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Netflix to Offer 1080p and 3D Streaming... For Select ISPs

By - Source: BGR | B 13 comments

Netflix is offering "Super HD" and 3D streaming for certain ISPs.

Netflix announced that it'll be offering "Super HD" and 3D streaming for customers on "select ISPs".

No, Netflix isn't an early adopter of 4K resolutions. "Super HD" is simply Netflix's term to help hype its support for 1080p.

Unfortunately, Netflix isn't kidding about "select" ISPs. Only Netflix subscribers with Cablevision or Google Fiber will have access to the exclusive "Super HD" and 3D streaming.

But it's not Netflix's fault. In 2012, Netflix launched Open Connect, allowing ISPs to manage the flow of content to their customers. So, for now, Cablevision and Google Fiber are the only ISPs that have opted to support "Super HD" and 3D streaming.

There are currently a select few devices besides PCs that are compatible with Netflix's "Super HD" streaming, which include the Wii U, Roku with 1080p, PlayStation 3, and Apple TV with 1080p, though more devices are promised to come.

 

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  • 11 Hide
    otacon72 , January 9, 2013 10:19 PM
    You'll never see this on the major ISPs, Comcast, Cox, etc. Their backbones would charge them up the ass for all the added bandwidth usage. L3 already went after Comcast for more money because of the all the bandwidth Netflix subscribers were sucking up.
Other Comments
  • 11 Hide
    otacon72 , January 9, 2013 10:19 PM
    You'll never see this on the major ISPs, Comcast, Cox, etc. Their backbones would charge them up the ass for all the added bandwidth usage. L3 already went after Comcast for more money because of the all the bandwidth Netflix subscribers were sucking up.
  • 4 Hide
    merikafyeah , January 9, 2013 11:01 PM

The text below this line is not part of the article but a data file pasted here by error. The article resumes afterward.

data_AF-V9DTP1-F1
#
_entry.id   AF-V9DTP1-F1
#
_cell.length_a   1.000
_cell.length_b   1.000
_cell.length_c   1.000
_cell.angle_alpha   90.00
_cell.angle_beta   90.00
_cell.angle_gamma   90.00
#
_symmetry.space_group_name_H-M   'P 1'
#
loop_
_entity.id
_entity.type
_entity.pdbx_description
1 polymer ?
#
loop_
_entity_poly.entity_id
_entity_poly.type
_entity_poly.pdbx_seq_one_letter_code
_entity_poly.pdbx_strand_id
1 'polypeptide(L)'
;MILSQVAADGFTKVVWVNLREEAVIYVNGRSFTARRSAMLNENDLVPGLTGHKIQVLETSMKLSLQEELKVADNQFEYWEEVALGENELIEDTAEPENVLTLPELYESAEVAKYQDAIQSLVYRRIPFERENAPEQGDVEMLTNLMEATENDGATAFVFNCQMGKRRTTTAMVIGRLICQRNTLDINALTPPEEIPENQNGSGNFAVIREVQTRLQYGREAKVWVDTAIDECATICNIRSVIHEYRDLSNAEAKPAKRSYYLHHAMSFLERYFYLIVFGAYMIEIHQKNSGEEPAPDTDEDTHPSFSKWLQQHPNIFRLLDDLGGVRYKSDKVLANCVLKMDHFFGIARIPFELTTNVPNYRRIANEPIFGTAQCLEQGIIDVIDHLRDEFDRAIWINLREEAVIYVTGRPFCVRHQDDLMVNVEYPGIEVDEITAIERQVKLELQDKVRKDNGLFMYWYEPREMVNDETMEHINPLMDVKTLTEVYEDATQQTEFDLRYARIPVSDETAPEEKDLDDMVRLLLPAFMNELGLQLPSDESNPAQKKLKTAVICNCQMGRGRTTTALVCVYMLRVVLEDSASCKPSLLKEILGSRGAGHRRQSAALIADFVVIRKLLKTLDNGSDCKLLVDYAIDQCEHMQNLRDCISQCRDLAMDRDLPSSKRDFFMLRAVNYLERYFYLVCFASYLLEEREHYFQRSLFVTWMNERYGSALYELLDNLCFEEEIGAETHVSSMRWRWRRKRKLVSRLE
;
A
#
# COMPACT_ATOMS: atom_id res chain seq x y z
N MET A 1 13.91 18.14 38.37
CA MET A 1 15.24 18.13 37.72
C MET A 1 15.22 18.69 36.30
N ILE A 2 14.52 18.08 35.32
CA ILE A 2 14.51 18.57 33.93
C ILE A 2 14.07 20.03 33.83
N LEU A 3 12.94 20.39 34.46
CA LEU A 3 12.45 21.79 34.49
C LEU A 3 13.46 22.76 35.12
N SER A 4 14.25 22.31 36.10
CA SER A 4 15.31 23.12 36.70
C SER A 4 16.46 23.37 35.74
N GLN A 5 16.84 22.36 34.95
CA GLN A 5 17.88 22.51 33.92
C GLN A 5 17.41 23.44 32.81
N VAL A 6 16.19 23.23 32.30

Only direct-to-the-home fiber or minimum 50mb/s (sustained) connections could support such bandwidth for streaming 1080p 3D content, and only from ISPs without caps, since otherwise it'd be pointless if you stream a few movies and use up all your bandwidth.
    Not many people have access to such ISPs, since they're only common in tightly packed urban areas where buildings are all squeezed together to make laying cables easier, like New York City or y'know, most of modern Eurasia.

    Streaming still doesn't compare in quality to Blu-ray though, so I don't give a damn either way.
  • 0 Hide
    hero1 , January 9, 2013 11:24 PM
    I have TekSavvy and I think it's owned by Rogers now and I have a 50" Panasonic Plasma 3D Smart TV and I now have the Netflix 3D and "SuperHD". So kudos to us Canadians!
  • -5 Hide
    ddpruitt , January 10, 2013 12:47 AM
    Quote:
    But it's not Netflix's fault. In 2012, Netflix launched Open Connect, allowing ISPs to manage the flow of content to their customers. So, for now, Cablevision and Google Fiber are the only ISPs that have opted to support "Super HD" and 3D streaming.


    BBUUUUULLLLLLLSSSSHHHHIIIITTTTT

    If they wanted to they could support it on any connection that has the speed like they do now. Saying it's not Netflix's fault is like saying a you can't buy premium gas because your car company won't opt-in to their "fuel delivery" plan .

    And what's up with only supporting Win8?
  • 3 Hide
    CaedenV , January 10, 2013 2:21 AM
    In my home with a 20MB/s connection we can stream 3 720p movies from Netflix at once with no problem... I am pretty sure we could handle 1080p on our modest internet connection.

    Anywho, data caps are a problem for those who have them. I remember there was a month where my family was really into a few HD shows on netflix and we managed to hit nearly 2TB of usage that month (this according to the reporting on my router). I just kept thinking "Man, if we had data caps we would be broke!"